Follow by Email

Inspirational Reads

Independence Day

June 24, 2009

Ready for a history lesson? Sure you are. Swill down some more coffee and hop into the Way Back Machine with me. I cleaned up the mess from where Mr. Peabody peabodied all over the back corner. Febreze works wonders!

On this day in 1314, Scotland won back its independence from the usurpers to the south, sometimes known as England. Why should you care? Because, one of the greatest movies ever made that doesn't involve Indiana High School Basketball ended with this exact scene. In case that doesn't jar your memory, try this:

"In the year of our Lord 1314, patriots of Scotland, starving and outnumbered, charged the fields at Bannockburn. They fought like warrior poets. They fought like Scotsmen. And they won their freedom."

The Battle of Bannockburn took place today 695 years ago. Unlike in the movie, however, Robert the Bruce's army was actually there to fight Edward II (who had not died, but was rather quite alive and full on 100% arrogant). Robert's brother, Edward the Bruce, had been laying siege to Stirling Castle and had worked out a deal for the surrender of the castle to the besieging long as no reinforcements arrived. However, Edward II was bringing reinforcements...lots of them, so in order to stave off having his brother's forces summarily wiped out, Robert the Bruce headed out to slow down Edward II's advance and thus stop the reinforcements from arriving. They met at Bannockburn (after some clever maneuvering about the Scottish countryside by Robert's forces). The battle itself raged for two days and is considered the decisive battle in the war for Scottish Independence, which is why it is sometimes referred to as the beginning of Scotland's freedom.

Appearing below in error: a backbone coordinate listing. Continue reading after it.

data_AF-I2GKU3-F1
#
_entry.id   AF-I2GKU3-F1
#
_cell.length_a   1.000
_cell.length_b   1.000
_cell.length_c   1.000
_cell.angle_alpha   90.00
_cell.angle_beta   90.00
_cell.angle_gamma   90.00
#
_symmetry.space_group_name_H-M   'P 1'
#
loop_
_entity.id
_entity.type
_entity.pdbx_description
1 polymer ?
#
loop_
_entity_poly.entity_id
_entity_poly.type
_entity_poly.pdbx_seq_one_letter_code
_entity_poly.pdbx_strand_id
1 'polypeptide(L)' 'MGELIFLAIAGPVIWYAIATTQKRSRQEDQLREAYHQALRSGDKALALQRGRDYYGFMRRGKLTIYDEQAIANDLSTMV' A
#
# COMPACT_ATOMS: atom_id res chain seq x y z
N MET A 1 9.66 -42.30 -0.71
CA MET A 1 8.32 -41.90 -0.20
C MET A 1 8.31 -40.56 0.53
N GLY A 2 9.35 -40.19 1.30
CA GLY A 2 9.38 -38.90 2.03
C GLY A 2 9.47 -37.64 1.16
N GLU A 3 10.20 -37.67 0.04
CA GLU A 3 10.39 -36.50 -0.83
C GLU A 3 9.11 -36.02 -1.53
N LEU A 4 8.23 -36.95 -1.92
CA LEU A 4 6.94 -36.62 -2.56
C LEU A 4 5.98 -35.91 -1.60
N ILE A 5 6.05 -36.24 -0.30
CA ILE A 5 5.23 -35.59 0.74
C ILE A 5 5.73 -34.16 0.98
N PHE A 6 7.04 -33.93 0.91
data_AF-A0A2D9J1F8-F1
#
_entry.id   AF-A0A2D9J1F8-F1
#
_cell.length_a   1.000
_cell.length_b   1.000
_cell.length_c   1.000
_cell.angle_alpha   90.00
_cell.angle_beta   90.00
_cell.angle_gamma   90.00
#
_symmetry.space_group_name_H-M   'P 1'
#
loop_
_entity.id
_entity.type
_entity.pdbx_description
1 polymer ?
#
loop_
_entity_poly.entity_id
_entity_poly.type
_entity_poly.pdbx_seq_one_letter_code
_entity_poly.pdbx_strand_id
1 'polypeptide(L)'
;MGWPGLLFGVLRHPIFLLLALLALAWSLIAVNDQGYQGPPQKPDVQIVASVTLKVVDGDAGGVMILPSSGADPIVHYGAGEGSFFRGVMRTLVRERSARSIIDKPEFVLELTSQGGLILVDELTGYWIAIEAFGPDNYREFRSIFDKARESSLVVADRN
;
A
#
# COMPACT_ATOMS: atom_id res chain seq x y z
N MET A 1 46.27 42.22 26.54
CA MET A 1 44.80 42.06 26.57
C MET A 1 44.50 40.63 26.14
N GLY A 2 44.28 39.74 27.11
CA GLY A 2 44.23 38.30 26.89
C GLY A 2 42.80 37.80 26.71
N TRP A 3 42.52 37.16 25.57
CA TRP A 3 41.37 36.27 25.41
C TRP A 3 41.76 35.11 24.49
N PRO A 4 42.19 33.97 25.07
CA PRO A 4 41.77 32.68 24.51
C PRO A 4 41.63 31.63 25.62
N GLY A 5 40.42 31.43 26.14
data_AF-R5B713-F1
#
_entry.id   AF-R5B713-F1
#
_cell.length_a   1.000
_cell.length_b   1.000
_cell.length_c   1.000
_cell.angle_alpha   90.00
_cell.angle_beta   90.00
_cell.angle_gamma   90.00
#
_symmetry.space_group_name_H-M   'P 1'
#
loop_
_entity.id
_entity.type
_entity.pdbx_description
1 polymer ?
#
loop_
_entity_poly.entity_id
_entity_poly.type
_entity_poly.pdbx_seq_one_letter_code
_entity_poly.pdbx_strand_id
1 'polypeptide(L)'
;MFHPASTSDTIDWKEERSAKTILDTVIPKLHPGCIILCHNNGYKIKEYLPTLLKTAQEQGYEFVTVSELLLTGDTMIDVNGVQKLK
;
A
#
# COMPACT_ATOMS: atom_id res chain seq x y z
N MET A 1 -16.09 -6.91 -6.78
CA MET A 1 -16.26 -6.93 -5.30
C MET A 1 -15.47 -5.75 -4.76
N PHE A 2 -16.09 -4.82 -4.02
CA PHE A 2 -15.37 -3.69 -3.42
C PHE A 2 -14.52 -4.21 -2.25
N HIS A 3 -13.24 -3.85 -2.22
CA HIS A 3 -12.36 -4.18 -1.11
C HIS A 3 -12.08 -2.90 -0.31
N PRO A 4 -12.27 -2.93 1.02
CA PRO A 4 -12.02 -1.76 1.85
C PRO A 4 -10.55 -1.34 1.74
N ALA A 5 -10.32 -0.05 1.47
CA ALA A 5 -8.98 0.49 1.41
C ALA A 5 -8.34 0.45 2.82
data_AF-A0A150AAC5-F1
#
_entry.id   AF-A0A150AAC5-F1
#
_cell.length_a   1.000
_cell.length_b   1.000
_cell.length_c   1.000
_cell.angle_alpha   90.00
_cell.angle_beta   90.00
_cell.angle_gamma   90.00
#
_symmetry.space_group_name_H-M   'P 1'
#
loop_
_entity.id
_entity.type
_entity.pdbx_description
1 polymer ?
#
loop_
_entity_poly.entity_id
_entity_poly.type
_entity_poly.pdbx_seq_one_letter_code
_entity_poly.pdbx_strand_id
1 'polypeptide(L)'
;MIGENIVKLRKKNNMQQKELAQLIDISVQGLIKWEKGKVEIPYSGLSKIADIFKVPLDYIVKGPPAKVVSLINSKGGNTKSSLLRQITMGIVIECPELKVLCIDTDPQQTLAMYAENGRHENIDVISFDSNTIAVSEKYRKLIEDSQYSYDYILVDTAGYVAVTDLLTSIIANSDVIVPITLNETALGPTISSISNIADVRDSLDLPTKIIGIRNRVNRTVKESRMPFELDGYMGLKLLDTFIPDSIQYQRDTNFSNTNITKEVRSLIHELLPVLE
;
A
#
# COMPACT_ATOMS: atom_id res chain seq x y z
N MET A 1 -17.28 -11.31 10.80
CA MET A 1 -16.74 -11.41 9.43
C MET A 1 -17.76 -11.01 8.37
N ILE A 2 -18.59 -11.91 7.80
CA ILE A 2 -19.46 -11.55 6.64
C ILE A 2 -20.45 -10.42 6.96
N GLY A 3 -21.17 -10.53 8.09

While it is true that the Scotsmen were outnumbered that day (some 7000 for the Scots and probably 16,000 English), the size of the English army actually worked against it. It was difficult getting the soldiers into the desired positions to defend the ground, largely because there were so many of them, and also largely because Robert the Bruce had done such a fantastic job of funneling the English forces into a very narrow, almost indefensible position between the Stirling and Bannockburn rivers. Not only that, but good old Edward Longshanks decided to not heed one of his commander's advice about holding back, and instead called the man a coward. Pissed, the Earl of Gloucester stormed headlong into the Scottish ranks, dying upon the "forest of spears" that projected forth from the front of the Scottish lines.

You remember the spears, right? The scene, right before Stephen shows up, and Wallace looks to the trees for inspiration.